A Texas judge has ruled to strip a Tea Party-aligned group of its non-profit status. The judge ruled that the group, King Street Patriots (KSP), was actually a political action committee (PAC) for engaging in anti-voter fraud efforts.
In reality, the True the Vote campaign is separate from KSP; while both were founded by Tea Party activist Catherine Engelbrecht, the two entities operate separately. “Everyone labels us as the same organization and I think they do that because it’s a political maneuver to create the impression that the facts are other than what they actually are,” says Catherine Englebrecht, the founder of both organizations. “If we were to argue this on the facts they wouldn’t have a case.” Engelbrecht said that although she is the founder of both groups, they have acted completely apart from one another. “We’re taking a number of actions to make sure that it’s clear the groups operate independently from one another, which they always have.”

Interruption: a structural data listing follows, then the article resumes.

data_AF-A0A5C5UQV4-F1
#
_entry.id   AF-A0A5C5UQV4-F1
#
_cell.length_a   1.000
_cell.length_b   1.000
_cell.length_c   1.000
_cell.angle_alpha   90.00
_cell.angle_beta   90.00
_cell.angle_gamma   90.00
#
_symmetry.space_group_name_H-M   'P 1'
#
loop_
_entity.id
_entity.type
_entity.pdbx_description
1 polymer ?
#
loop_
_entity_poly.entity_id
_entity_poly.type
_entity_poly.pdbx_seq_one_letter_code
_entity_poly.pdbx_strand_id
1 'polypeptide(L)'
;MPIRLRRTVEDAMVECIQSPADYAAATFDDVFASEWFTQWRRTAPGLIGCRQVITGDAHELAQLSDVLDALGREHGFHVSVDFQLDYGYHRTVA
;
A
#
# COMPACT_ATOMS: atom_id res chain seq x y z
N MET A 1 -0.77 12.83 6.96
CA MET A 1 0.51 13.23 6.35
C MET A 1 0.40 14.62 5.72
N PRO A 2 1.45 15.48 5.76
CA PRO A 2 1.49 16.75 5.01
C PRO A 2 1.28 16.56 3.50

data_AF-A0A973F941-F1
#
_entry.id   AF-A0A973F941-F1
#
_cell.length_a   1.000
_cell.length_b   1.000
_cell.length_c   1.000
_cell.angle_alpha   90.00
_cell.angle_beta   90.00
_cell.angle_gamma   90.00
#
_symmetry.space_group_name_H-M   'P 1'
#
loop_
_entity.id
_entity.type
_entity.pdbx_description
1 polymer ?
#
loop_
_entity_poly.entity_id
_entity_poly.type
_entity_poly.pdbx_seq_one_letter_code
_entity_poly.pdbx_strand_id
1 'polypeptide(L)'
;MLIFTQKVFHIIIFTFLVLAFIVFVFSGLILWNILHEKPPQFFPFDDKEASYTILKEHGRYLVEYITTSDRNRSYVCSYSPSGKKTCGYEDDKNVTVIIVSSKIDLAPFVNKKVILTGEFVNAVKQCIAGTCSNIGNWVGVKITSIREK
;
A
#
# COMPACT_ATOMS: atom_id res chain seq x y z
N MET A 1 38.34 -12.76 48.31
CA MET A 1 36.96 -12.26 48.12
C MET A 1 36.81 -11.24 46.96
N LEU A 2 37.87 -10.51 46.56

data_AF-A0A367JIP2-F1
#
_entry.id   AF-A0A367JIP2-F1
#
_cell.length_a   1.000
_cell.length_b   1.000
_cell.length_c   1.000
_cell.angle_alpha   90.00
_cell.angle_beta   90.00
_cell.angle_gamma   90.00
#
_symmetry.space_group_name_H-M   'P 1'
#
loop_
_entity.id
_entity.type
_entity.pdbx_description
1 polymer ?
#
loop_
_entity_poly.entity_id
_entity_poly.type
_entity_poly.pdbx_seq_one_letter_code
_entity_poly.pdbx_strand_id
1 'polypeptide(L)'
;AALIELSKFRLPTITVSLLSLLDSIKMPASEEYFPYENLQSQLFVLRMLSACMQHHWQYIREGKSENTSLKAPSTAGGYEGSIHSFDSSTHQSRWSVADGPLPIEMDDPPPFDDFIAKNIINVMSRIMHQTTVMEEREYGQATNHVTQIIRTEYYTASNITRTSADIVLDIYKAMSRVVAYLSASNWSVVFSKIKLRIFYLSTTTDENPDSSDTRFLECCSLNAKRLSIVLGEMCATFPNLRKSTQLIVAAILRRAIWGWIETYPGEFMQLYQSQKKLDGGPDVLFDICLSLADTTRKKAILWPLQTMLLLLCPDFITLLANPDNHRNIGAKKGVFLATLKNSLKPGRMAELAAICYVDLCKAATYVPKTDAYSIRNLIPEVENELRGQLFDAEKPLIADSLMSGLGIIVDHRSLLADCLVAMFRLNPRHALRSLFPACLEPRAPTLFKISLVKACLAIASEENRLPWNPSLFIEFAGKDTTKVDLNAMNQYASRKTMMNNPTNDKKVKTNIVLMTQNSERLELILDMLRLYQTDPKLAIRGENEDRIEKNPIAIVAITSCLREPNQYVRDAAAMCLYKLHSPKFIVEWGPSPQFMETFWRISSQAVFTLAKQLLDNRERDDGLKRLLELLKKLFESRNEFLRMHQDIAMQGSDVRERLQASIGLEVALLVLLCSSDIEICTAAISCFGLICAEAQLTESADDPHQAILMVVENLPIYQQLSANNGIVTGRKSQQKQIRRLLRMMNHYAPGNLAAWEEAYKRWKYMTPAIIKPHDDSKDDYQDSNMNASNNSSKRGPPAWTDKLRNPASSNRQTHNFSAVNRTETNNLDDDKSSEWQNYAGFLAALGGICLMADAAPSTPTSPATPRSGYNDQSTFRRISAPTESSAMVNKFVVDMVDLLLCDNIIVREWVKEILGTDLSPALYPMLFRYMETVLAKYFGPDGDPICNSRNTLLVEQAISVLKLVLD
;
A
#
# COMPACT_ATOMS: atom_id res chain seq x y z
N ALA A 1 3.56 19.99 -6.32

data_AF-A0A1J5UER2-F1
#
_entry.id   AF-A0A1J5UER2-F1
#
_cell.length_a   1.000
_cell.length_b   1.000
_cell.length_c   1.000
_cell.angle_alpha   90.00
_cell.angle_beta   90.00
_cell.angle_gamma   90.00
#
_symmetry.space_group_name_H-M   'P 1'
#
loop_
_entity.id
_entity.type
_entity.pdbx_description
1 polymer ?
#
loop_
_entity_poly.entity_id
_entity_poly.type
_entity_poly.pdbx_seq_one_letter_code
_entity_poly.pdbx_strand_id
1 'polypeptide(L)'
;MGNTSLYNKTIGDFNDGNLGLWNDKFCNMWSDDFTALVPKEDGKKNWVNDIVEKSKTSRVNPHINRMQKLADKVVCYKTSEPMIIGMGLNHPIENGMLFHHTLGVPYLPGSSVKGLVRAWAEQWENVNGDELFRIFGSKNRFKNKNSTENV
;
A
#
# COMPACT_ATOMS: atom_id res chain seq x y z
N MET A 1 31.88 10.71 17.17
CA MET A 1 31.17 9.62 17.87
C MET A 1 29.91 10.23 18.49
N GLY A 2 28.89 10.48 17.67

The Democratic Party has charged that True the Vote made unlawful political contributions to the Texas Republican Party by working with the party to train poll watchers and by holding candidate forums that were limited to GOP candidates. “Neither group has ever given a political campaign contribution to a political candidate or party,” said Engelbrecht.
“King Street Patriots has on occasion allowed Republican candidates and officials to come speak–which they can do as a 501(c)(4)–but True the Vote has not.” True the Vote fought the Democratic Party’s lawsuit in a counterclaim by challenging several Texas campaign finance laws related to campaign contributions and political action committees.